It’s with much fondness and a deep appreciation of her gift to the world that I learned this morning that Mary Oliver died yesterday. A fellow poet, though so much more accomplished at her craft than I, she gave us poems that explored the simple wonders of the natural world in ways that left you in awe of the Creator. You knew, beyond all doubt, when you read her words that she understood the meaning of 'the gift of the present moment'; indeed, she brought that present moment vibrantly alive.
In her poem, The Summer Day, she writes, 'I don't know exactly what a prayer is', and yet through her writing she leads us to the answer. If the ability to observe the world with such reverent awe is not the deepest of prayers, then I don’t know what is. A joyful celebration of nature, her work is infused with a deep spirituality, whilst remaining beautifully simple and very accessible. She has left a wonderful legacy.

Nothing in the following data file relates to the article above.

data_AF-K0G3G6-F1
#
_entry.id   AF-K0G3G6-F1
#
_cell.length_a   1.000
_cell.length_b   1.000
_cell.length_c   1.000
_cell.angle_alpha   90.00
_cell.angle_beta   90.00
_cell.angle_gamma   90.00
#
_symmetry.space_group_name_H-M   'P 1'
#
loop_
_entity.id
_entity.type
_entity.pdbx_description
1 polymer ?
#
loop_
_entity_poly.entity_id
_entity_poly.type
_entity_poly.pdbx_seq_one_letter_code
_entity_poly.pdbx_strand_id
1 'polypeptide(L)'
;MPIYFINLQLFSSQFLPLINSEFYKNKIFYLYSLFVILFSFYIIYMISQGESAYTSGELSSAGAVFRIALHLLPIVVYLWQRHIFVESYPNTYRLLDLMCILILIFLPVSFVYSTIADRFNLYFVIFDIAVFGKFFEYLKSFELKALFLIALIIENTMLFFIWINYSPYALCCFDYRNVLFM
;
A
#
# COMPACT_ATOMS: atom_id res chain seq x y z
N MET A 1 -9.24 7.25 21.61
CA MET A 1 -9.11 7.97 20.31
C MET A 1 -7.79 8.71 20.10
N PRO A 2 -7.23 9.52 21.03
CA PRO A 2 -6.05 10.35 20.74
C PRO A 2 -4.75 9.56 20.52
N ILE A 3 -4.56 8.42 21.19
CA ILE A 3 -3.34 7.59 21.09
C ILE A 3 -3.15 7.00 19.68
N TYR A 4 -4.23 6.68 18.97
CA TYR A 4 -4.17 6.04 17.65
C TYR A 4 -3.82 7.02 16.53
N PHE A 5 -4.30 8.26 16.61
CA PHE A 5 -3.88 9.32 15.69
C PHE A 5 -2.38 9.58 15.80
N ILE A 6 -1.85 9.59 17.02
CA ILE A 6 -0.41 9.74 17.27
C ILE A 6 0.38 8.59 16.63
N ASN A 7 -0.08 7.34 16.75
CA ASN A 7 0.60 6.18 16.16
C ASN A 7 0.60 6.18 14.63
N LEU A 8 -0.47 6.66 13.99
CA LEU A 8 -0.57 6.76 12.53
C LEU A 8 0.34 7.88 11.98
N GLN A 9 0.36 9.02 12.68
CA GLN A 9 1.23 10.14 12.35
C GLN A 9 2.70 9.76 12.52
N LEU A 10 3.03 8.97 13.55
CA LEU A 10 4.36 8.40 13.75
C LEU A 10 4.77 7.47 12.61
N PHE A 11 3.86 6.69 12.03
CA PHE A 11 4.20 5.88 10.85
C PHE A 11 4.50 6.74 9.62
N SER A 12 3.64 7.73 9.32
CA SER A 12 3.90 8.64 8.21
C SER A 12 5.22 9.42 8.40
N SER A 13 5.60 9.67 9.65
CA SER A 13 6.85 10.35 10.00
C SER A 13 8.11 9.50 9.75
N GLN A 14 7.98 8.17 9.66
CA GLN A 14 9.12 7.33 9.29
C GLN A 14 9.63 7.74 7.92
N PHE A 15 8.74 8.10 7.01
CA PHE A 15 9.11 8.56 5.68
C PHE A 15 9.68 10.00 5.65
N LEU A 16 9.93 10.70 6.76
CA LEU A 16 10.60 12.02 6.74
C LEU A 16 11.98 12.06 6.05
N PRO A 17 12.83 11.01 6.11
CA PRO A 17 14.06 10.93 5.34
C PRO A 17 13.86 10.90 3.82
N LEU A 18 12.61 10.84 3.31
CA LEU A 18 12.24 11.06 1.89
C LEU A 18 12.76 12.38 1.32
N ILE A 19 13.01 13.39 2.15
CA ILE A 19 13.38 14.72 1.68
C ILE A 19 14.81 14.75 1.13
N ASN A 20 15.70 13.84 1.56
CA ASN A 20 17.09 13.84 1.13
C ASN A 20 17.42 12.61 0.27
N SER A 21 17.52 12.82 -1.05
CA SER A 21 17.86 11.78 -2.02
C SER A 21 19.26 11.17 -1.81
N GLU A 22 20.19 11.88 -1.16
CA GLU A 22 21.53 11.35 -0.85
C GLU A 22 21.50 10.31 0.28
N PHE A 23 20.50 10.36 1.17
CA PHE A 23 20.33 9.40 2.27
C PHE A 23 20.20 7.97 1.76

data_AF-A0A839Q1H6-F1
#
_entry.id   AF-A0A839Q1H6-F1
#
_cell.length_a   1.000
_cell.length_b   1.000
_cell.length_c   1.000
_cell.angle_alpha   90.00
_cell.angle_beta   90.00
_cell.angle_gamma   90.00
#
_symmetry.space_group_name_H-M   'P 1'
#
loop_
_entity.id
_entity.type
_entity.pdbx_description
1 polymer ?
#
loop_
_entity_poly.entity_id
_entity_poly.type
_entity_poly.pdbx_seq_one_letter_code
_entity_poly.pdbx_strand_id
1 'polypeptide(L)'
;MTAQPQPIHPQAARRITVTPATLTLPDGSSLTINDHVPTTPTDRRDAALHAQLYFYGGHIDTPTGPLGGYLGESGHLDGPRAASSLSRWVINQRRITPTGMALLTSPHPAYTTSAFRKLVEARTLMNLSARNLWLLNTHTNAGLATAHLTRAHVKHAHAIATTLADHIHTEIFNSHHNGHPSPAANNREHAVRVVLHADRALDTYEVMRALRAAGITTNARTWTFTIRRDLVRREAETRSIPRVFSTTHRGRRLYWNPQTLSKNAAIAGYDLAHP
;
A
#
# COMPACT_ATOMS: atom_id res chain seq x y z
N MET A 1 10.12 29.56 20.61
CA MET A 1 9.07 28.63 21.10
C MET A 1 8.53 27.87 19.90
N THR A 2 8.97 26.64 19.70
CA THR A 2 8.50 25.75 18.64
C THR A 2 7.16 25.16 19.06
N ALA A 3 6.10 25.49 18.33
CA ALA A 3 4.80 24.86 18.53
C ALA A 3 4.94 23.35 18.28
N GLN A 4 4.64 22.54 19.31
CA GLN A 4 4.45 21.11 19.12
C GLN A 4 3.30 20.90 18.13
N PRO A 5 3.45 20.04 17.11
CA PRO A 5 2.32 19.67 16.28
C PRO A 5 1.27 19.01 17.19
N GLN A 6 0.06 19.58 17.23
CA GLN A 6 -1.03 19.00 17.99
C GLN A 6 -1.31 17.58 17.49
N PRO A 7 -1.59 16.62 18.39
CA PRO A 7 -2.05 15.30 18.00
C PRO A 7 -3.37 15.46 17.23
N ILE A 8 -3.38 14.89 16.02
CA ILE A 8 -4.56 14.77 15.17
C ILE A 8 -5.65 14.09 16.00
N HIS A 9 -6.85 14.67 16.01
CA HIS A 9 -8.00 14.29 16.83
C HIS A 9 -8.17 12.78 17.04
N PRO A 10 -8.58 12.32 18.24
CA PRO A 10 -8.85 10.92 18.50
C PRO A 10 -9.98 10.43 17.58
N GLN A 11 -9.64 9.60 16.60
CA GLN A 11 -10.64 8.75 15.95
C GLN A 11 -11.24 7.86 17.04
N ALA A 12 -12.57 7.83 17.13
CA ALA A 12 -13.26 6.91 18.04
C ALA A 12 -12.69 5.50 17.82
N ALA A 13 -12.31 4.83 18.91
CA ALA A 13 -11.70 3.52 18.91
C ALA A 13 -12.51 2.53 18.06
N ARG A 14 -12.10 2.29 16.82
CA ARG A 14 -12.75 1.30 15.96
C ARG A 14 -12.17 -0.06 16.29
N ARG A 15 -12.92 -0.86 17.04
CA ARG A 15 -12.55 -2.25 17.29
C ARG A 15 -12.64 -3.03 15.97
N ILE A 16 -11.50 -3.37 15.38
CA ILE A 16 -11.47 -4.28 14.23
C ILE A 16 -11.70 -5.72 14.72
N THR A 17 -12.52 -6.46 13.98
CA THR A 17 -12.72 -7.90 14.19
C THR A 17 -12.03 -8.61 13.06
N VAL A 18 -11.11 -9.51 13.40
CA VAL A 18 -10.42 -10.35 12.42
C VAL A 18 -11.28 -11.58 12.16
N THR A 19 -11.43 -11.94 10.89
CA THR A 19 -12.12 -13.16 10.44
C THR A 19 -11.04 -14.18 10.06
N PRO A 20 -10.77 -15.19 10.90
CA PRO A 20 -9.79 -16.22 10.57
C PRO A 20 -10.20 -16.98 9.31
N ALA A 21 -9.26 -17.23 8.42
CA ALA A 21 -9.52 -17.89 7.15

Meanwhile the wild geese, high in the clean blue air,
are heading home again.
Whoever you are, no matter how lonely,
the world offers itself to your imagination,
calls to you like the wild geese, harsh and exciting
over and over announcing your place
in the family of things.
For me, her words capture the importance of fully living each moment in this wonderful, amazing universe that we are privileged to exist within. They inspire me, they help me to pause before creation, and they return me again and again to her question:
Tell me, what is it you plan to do
with your one wild and precious life?
headed home, like her beloved wild geese, January 17th 2019